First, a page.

A well written article that addresses the impact of duty hour restrictions in residency. Hoping to have a review of the new article that is cited shortly.

Health & Family

Giving residents less time on duty and more time to sleep was supposed to lead to fewer medical errors. But the latest research shows that’s not the case. What’s going on?

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3 thoughts on “

  1. Hey AP:
    Great blog – I couldn’t resist procrastinating a bit over this posting (after this, it’s back to studying neuro for the dreaded exam).

    Had a rabid debate about this article recently with a few other residents… Well written, but some problems with the content and maybe a bit over-reaching for the conclusions.

    Here is a synthesis to our discussion/critiques:
    An example of a retrospective survey study that probably doesn’t truly capture the essence or improvements…

    Point #1: Every group is going to map to their own norms (pre-/post- changes).
    Taking the literature around self-awareness/self-perception of physicians, a retrospective survey of residents would be the least methodoligcally sound way to investigate this problem. Historically, the big med ed researchers have found time and time again that residents are their own worst critics. Those that are good think they’re horrible (i.e. more likely to notice and report error) and those that are bad think they’re hot shit (i.e. will not notice or not report error).

    Point #2: Are people reporting everything? Are there unconscious biases?
    Beyond this the stigma of mental health is high in our profession – and the attitude of ‘suck it up’ prevents many of those with depression from self-identifying it.

    Point #3:
    To truly measure medical errors would require actually *accurately* measuring medical errors – something that we have not yet mastered – And this would need to be in a validated way – pre/post intervention. Self report is not sufficient…

    One might imagine that by increasing sleep and daytime work hours, residents are now:
    – less sleep deprived (can notice, realize, remember mistakes)
    – more supervised (less post-call = more day-time work hours with attendings watching them and pointing out mistakes).

    Both are plausible confounding variables.

    Point #4: The Hawthorn effect
    By creating a survey and then repeating the survey, have you already impacted a change in the culture around error reporting? In the three years between the pre- and the post-survey, what was the effect of the survey itself? By looking and having this big survey about error, have you introduced a bit wave of self-awareness? Can’t answer this without a controlled study (might have used Canada or something as the control cohort)

    In the time of introducing to the time of surveying, you had two groups of interns that became seniors/chiefs now more educated (possibly by the study survey itself) re: error/safety issues…. In the 3 years from start to finish, people were vastly more attuned to medical error – especially in the setting of work hours debate etc..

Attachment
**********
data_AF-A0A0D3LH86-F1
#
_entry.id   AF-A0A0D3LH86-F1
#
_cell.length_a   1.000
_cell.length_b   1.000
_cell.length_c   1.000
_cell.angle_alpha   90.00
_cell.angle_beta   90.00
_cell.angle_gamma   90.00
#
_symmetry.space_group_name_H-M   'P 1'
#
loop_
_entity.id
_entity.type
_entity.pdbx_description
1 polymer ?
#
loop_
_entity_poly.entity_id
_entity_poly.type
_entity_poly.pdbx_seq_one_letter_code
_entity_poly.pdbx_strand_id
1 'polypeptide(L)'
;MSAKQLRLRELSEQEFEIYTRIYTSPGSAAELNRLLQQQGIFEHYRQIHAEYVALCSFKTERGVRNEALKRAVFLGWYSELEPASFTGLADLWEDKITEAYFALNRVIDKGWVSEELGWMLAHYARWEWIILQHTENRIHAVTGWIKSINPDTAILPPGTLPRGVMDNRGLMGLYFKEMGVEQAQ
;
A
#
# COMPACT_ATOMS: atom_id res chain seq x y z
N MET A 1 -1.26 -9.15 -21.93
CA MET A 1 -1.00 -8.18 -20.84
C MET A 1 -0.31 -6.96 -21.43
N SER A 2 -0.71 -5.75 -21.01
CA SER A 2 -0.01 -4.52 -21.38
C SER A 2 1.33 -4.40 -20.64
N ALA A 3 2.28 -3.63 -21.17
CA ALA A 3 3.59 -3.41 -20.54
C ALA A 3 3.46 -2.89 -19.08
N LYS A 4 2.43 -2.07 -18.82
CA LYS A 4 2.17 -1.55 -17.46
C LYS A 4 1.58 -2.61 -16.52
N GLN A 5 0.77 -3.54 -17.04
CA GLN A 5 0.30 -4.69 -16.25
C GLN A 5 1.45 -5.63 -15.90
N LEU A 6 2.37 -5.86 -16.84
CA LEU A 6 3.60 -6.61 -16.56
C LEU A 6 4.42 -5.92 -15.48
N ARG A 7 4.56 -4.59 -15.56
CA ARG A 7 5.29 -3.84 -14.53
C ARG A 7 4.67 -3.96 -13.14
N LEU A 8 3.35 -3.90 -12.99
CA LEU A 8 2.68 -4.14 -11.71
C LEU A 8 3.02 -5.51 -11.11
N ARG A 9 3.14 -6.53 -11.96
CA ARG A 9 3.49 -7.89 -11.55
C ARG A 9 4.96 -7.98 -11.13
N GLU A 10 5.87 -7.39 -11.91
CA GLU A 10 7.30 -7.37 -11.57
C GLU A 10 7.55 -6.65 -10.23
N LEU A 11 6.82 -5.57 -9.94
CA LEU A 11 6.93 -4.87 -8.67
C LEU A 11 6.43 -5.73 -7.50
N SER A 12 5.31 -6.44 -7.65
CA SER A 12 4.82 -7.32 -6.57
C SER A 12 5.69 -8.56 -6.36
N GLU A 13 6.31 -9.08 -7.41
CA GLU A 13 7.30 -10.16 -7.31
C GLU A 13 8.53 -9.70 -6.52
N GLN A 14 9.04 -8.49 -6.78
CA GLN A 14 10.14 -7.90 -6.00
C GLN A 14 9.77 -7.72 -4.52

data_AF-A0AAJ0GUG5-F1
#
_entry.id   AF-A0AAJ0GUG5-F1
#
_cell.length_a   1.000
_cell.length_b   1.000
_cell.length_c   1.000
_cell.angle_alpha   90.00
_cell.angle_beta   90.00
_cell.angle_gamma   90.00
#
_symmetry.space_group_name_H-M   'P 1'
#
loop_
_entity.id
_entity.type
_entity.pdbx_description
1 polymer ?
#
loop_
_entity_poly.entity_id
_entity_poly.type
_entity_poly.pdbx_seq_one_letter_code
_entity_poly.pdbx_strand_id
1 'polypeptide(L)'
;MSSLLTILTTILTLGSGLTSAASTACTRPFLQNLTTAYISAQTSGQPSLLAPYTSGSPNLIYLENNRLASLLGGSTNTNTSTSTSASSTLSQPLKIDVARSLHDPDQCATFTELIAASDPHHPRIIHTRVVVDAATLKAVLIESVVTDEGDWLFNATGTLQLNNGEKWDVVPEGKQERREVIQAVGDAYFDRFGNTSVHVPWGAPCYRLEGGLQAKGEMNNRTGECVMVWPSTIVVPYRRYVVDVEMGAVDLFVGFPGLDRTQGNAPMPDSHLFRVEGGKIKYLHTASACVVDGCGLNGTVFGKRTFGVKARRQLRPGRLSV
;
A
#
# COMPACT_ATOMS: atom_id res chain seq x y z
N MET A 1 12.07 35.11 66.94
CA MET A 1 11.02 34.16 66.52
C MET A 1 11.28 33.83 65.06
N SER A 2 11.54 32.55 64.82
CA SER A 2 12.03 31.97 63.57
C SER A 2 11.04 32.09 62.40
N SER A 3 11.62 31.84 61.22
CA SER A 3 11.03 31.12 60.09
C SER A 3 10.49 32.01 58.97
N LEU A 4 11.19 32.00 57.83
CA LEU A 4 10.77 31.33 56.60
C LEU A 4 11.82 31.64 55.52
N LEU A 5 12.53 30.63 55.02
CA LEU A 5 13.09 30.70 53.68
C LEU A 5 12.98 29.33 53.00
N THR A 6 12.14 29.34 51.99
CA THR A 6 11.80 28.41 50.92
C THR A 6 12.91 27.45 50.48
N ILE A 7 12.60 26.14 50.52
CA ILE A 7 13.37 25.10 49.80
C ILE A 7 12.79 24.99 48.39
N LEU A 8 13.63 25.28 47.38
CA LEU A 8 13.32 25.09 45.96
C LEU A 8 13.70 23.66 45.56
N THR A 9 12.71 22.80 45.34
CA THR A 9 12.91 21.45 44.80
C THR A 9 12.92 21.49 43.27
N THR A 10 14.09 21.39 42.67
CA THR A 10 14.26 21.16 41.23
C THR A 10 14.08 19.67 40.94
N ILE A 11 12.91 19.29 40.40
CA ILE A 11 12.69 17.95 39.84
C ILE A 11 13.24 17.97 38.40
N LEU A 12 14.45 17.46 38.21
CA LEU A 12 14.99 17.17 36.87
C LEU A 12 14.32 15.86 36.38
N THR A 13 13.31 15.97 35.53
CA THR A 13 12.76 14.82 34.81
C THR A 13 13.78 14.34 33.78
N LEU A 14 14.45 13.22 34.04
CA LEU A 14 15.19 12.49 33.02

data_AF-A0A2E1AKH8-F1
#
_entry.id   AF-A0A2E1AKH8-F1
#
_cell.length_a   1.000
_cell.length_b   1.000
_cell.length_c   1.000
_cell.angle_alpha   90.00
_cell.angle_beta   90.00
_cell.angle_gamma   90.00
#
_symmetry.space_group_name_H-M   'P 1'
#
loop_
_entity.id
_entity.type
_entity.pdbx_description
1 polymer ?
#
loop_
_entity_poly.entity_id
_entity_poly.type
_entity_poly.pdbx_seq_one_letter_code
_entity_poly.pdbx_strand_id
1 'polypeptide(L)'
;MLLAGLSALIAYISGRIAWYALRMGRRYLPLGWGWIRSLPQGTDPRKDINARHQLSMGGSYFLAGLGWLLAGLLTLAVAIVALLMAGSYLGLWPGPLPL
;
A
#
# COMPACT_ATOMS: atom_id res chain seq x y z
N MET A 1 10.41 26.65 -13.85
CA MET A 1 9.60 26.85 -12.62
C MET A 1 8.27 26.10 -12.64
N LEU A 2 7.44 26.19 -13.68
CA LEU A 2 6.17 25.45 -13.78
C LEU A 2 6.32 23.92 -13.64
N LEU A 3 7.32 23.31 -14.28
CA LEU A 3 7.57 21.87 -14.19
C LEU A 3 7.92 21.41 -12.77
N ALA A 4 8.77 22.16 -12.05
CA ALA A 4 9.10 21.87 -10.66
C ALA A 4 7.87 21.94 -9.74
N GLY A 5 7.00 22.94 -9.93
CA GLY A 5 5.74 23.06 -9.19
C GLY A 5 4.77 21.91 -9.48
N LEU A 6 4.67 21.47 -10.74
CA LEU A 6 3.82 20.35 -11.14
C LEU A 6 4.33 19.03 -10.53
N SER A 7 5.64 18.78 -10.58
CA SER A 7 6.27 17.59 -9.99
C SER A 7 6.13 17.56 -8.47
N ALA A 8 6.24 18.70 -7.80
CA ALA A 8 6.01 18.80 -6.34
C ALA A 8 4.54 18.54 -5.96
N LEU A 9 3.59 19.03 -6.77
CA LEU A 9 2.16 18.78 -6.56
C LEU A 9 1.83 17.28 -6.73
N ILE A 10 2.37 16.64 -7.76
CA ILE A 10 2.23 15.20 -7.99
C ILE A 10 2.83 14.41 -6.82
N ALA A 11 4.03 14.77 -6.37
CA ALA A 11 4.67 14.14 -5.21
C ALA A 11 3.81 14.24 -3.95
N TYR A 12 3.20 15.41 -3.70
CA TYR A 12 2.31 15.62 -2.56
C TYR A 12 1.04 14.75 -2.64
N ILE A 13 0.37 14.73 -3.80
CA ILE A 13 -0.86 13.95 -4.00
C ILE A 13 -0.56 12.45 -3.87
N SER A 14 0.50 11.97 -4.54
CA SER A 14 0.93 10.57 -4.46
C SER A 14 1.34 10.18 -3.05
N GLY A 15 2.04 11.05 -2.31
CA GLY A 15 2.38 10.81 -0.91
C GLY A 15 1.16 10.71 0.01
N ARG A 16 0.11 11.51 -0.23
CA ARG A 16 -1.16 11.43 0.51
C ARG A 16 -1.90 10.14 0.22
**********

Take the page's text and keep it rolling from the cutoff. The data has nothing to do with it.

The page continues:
I would posit that actually there are many confounding variables – specifically re: work hours and the cultural milleu around error that changed between 2009-2011…

    ***
    I’m not saying that duty reforms are correct or incorrect, beneficial or not … But this study raises but a hypothesis that duty hour reforms may not be beneficial – and that more prospective research is needed to discuss this? This study shouldn’t be taken as *proof positive* of the failure or detriment of work hours reform.

    TChan
    PGY5 Emerg Med

    • Thanks very much for the well written post! Always great to have people commenting on the blog especially for such controversial issues as duty hour reform!

      I agree, this study probably doesn’t answer the question about error. I think the numbers regarding sleep are interesting as are the numbers of hours worked. I buy the data…seems reasonable. Interesting that there was only a decrease in 3 hours post-duty hour reform. From the data, it’s difficult to know exactly what the effect on work hours as the standard deviation from the mean increased post-duty hour reform. Its not surprising there was no change in sleep hours because work isn’t the only thing that might prevent residents from sleeping. Maybe less work means they party more?

      As you’ve mentioned the self-reported errors is very challenging to interpret. I’m not sure I buy that there was much Hawthorne effect from the study itself though I will acknowledge that perhaps reporting changed simply to due general awareness as duty hours became a popular topic of conversation and in the media.

      It is interesting that interns are now reporting more errors. This fact, regardless of whether duty hour reform had occurred raises interesting questions about the possible change in culture of error within medicine. Are we more aware of errors? Have systems been implemented to make us aware or maybe we’re just more open to talking about error. It does remain a hypothesis generating study rather than a hypothesis proving study. Though the authors do argue strongly in favor of their conclusions by trying to prove through the limitations section how little these issues impacted the data (I don’t buy it).

  2. Pingback: Residency Workload | medaholic

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